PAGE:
Ideally, applicants to a post-graduate certificate program in acupuncture should be medical specialists who have master's degrees and medical licenses, although non-medical master's degrees might be considered. The advanced certificate program includes diagnostic coursework as well as extensive clinical practice. Certification to practice acupuncture is granted after passing examinations conducted by a national certifying body. Qualifying for the process typically requires a master's degree or the equivalent in acupuncture and/or Oriental medicine.
Master's degree programs prefer candidates with some college, preferably two years, but only require a GED or high school diploma. The typical program duration for a master's degree program is 3-4 years and may include an apprenticeship.
Master's Degree in Acupuncture
Once dismissed by non-Asian cultures, many of the traditional Asian medicines have come to be embraced by Western medical practice. Acupuncture is generally taught as part of a traditional Asian medicine core curriculum, in concert with basic Western biomedical sciences. A master's degree program requires as many as 2,500 hours of class-work and clinical practice. Some programs allow students to substitute time spent in apprenticeship to a licensed preceptor for classroom and clinical time.
The Accreditation Commission for Acupuncture and Oriental Medicine (ACAOM) is charged with accrediting master's-level programs in the United States. By 2009, about 70 such programs had been approved, and another five candidate programs were being evaluated.
In the U.S., traditional Asian medicine is generally taught in the context of accepted Western medical practice. In order for students to become certified acupuncturists, they must complete a course load similar to the curriculum of pre-med students. The acupuncture coursework would include:
- Principles of traditional Chinese medicine and Chinese herbology
- Pressure points and meridian pathways
- Dermal and neural anatomy
- Needle manipulation styles and pharmacology of injectable medications
- Musculo-skeletal evaluation
- Moxibustion (burning herbs near acupuncture points)
Postgraduate Certificate in Acupuncture
Medical professionals with a master's degree, M.D. or D.O. who seek to add acupuncture to their repertoire of therapies can supplement their medical degrees in a postgraduate certificate or diploma program. The Accreditation Commission for Acupuncture and Oriental Medicine accredits some such programs at the master's degree level.
As of early 2009, the ACAOM had no accreditation program in place for doctoral acupuncture programs, although a pilot program was underway. Until plans for accreditation are finalized, students in such programs may be unable to apply for Title IV financial aid.
Programs designed for trained medical professionals need not duplicate the undergraduate courses in Western medicine. Courses concentrate on traditional Asian medical practice and the specifics of acupuncture:
- Acupuncture theory and meridians
- Instruments and techniques
- Neural and muscle therapy
- Trigger points
- Alternate forms of diagnosis
- Clinical practice
Popular Career Options
The adoption of traditional Asian medical practices can increase the client base for medical practitioners and provide their patients with a broader selection of therapy options. Some professionals increasingly adding acupuncture to their practices include:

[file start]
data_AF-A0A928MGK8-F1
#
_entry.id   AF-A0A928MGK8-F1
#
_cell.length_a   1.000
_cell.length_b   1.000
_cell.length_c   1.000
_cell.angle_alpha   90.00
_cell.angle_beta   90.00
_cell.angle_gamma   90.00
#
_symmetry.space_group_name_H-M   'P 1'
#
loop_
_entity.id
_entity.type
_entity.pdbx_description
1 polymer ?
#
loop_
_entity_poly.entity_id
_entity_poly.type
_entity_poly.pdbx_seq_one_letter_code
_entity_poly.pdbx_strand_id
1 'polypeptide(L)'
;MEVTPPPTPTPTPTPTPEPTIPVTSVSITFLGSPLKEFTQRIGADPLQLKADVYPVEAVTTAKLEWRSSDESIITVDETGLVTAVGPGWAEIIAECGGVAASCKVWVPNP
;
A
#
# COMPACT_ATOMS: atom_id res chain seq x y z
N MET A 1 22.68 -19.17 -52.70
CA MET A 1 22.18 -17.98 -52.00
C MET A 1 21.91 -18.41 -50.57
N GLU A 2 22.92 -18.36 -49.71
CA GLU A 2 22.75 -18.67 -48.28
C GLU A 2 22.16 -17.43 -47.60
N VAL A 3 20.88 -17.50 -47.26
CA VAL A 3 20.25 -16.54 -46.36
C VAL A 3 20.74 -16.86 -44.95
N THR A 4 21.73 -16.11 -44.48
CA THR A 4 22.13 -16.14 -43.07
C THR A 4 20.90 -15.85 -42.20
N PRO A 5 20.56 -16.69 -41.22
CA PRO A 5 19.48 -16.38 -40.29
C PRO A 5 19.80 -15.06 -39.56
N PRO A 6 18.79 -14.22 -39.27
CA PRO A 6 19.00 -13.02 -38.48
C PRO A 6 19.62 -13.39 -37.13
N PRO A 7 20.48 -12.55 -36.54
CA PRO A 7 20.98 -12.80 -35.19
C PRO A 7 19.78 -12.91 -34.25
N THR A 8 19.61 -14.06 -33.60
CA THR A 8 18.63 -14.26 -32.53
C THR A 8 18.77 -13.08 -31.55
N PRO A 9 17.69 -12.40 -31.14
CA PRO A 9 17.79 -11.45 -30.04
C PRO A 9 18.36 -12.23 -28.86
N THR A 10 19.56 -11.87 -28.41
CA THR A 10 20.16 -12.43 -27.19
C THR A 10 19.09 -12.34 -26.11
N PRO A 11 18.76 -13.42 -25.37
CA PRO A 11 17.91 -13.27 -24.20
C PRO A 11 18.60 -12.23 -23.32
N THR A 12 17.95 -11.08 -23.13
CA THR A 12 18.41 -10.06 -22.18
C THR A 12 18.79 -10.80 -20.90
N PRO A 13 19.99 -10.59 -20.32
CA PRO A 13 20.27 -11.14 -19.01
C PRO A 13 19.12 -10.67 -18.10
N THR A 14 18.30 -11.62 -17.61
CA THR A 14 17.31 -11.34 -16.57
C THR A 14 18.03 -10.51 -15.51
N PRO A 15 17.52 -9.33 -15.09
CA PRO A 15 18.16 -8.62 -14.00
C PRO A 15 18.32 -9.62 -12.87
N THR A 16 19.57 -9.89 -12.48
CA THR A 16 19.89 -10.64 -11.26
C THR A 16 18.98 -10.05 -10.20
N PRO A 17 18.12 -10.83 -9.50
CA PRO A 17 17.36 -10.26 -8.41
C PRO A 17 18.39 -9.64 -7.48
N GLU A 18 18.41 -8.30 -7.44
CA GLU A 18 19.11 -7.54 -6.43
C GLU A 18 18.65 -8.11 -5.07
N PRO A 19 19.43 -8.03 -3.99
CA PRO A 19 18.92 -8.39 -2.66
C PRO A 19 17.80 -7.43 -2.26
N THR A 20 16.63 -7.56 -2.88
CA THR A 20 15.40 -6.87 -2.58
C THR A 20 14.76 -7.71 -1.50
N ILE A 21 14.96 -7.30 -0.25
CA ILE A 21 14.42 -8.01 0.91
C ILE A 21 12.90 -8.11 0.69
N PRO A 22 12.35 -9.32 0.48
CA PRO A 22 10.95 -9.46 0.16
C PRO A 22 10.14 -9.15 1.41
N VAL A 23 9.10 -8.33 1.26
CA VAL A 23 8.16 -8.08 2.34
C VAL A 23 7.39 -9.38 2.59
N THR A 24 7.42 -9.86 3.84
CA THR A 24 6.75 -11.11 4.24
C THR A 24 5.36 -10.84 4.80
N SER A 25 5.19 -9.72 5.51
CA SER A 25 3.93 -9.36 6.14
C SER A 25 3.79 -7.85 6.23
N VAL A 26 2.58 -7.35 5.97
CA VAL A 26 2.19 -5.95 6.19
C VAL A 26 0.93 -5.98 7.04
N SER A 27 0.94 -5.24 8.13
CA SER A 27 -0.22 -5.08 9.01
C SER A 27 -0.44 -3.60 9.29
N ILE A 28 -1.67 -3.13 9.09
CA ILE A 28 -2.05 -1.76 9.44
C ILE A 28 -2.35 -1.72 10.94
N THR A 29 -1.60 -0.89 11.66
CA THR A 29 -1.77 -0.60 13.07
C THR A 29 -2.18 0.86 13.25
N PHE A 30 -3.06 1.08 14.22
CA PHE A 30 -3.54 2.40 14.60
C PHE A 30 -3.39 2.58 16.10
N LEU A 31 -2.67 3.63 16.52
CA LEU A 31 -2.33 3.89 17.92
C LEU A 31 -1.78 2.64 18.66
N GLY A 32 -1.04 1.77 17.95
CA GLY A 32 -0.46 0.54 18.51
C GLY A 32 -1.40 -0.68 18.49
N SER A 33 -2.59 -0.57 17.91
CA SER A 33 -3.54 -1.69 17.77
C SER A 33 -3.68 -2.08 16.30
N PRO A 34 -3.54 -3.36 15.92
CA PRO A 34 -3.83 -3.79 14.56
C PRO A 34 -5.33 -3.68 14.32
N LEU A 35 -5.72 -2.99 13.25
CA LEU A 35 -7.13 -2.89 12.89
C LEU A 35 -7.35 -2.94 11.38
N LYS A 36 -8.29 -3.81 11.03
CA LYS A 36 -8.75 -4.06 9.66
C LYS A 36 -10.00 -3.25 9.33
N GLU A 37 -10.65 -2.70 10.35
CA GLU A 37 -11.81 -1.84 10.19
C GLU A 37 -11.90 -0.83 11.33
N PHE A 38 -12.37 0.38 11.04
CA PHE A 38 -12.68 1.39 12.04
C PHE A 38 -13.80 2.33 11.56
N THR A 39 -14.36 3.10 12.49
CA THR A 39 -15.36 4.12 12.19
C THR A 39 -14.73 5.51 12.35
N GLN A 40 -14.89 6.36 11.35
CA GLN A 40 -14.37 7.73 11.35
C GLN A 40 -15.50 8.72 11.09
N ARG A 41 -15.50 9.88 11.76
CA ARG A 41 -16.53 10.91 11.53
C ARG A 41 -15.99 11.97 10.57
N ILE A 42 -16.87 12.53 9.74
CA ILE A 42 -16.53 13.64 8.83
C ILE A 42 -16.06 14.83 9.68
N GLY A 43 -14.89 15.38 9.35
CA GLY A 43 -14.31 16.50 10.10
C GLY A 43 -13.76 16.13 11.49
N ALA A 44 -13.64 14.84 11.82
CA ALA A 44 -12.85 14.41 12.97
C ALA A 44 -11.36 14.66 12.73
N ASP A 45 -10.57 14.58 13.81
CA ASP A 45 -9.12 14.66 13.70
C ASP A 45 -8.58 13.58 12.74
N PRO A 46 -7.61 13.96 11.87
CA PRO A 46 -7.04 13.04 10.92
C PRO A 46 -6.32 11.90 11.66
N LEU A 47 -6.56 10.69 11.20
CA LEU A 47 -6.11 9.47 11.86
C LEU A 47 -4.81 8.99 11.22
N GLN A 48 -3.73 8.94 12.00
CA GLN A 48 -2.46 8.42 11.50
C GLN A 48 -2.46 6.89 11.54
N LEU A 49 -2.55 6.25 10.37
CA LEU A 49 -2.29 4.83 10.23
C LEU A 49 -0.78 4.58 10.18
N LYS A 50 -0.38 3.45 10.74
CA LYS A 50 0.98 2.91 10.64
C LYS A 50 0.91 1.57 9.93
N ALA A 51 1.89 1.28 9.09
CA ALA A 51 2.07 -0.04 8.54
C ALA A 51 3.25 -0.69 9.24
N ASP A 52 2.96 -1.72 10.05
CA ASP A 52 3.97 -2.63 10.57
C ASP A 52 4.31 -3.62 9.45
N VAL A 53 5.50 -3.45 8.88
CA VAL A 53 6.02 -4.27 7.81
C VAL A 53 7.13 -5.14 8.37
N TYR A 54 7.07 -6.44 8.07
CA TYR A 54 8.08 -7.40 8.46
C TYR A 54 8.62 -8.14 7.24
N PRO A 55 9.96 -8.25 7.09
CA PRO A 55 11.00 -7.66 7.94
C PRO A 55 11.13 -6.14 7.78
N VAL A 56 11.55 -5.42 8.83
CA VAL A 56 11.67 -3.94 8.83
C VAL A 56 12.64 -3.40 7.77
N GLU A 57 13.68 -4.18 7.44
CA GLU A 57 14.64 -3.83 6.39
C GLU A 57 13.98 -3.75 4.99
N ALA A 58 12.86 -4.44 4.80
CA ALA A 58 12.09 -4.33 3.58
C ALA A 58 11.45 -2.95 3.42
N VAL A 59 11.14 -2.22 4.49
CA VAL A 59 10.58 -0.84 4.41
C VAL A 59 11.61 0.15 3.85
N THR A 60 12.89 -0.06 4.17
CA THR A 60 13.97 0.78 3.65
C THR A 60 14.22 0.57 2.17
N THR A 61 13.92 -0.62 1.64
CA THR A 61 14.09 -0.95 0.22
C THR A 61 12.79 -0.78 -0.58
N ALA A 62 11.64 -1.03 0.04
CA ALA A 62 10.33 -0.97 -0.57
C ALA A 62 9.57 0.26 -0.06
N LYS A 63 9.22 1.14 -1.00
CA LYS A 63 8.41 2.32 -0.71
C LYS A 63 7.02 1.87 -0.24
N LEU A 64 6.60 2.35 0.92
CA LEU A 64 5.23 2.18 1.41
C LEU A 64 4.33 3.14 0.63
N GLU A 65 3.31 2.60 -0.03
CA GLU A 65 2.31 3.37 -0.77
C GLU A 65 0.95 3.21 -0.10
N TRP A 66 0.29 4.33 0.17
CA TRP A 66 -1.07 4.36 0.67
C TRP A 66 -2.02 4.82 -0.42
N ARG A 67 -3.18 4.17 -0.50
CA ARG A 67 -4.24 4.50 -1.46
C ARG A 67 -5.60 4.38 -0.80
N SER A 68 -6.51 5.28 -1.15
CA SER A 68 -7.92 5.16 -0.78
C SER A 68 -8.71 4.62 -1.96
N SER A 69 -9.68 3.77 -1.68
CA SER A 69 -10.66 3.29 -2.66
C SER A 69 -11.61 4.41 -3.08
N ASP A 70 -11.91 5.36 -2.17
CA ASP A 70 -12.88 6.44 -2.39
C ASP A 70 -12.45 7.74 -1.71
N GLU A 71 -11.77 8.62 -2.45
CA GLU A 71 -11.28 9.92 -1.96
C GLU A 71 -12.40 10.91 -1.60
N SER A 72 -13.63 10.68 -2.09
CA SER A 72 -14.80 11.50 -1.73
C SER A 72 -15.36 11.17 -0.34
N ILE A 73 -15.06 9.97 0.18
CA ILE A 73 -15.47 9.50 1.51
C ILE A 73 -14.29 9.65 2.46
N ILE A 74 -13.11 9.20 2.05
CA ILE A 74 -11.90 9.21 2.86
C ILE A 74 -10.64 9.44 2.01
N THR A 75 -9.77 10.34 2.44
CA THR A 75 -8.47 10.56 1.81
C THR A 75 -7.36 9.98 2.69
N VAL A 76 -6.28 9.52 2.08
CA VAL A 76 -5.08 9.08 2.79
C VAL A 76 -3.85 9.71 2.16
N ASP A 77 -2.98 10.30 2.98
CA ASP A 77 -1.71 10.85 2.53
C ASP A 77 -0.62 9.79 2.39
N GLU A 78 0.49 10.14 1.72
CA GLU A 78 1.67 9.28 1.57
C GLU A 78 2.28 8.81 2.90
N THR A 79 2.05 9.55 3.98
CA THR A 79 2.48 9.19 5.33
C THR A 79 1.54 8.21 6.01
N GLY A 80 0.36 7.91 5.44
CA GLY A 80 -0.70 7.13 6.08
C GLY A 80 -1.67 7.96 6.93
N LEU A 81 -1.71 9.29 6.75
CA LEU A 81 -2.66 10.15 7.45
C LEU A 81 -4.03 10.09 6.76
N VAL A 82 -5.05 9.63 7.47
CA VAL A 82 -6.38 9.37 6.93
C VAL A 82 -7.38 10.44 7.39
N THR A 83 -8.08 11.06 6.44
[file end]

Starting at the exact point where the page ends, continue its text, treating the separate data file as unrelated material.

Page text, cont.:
- Chiropractors, osteopaths, rheumatologists
- Physical therapists
- Addiction specialists
Employment Outlook and Salary Info
According to the reports of 227 acupuncturists, collected by Payscale.com, annual salaries for acupuncturists in January 2016 ranged from $27,758 - $81,152. The median salary was $48,735.
Certification and Licensure
Students who complete the mandated hours of coursework and clinical practice in an ACAOM-accredited program, plus a sanctioned course in clean-needle technique, are eligible to sit for National Certification Commission for Acupuncture and Oriental Medicine (NCCAOM) exams in Oriental medicine, acupuncture and biomedicine. Hours spent training in approved apprenticeship programs may be used to offset some course and clinic hours, and credits from unaccredited programs will be evaluated on a case-by-case basis.
Graduates who meet all of the certification requirements earn the designation 'Diplomate in Acupuncture (NCCAOM).' Certification is valid for four years, during which diplomates must earn continuing education credits in order to maintain certification for another four years.
Licensure agencies of 41 U.S. states require NCCAOM certification or examinations as part of their criteria for issuing acupuncturists licenses to practice. State laws governing licensure may vary, and a license to practice in one state may not be valid in another.
Several agencies conduct examinations for licensed physicians and osteopaths who've completed a 300-hour program in acupuncture. The American Board of Medical Acupuncture (www.dabma.org) awards a Diplomate of the American Board of Medical Acupuncture (DABMA) certificate that is valid for ten years. The American Manual Medicine Association (www.americanmanualmedicine.com) awards national board certification as a Practical Acupuncturist for allied health workers, as well as the Diplomate in Acupuncture status for physicians, nurses, physician assistants or physical therapists. All applicants need to pass the NBCA-AMMA national examination.
Some states license physicians who have completed 300 hours of approved coursework and clinical practice. Other states require the 300 hours as well as passage of a board examination.
Students who want to pursue a career as an acupuncturist can elect to pursue a master's degree or post-graduate certification program. After graduation, students may choose to advance their education even further by obtaining certification via organizations such as ABMA or AMMA.